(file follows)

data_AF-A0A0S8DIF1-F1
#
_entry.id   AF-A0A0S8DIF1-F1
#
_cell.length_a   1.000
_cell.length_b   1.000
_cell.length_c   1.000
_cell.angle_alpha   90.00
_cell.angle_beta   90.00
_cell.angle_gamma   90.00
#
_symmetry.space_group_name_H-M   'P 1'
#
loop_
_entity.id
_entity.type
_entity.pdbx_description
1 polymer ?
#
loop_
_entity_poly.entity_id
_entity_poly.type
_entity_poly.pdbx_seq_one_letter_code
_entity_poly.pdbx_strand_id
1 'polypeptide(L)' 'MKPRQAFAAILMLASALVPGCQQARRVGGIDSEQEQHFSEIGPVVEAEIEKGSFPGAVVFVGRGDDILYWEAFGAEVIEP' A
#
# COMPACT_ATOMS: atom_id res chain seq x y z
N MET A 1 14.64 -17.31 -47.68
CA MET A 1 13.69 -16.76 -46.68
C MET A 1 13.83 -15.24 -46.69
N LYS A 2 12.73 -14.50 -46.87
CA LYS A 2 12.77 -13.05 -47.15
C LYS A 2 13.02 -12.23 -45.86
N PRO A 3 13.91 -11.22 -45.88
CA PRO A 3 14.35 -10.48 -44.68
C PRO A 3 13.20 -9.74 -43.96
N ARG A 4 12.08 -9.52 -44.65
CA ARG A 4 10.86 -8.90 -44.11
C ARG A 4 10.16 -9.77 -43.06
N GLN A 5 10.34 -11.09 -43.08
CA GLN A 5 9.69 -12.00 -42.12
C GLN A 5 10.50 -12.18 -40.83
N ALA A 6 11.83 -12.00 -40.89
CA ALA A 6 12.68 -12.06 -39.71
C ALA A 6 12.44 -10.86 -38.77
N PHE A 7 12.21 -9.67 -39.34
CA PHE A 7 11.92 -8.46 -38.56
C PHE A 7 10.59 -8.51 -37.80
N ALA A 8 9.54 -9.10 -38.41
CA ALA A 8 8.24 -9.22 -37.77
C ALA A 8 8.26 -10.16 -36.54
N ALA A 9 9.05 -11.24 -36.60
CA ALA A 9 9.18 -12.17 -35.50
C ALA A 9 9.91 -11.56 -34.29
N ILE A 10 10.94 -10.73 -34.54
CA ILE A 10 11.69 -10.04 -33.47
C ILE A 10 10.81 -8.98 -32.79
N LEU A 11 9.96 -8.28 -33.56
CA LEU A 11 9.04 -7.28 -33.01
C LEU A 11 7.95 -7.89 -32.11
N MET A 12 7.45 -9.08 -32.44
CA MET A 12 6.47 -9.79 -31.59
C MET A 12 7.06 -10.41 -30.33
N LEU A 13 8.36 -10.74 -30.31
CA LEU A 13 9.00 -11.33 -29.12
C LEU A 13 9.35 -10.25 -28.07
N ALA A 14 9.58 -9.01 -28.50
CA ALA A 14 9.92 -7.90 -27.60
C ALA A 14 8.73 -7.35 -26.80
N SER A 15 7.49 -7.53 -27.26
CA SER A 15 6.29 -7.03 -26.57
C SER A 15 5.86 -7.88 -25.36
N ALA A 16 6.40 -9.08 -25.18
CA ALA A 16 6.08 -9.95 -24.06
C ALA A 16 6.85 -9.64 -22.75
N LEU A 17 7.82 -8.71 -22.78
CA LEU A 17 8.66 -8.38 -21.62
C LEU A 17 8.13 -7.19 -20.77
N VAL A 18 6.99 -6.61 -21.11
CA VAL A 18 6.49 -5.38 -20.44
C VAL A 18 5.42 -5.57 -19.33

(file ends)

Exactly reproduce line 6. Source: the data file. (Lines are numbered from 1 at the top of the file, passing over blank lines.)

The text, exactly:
_cell.length_b   1.000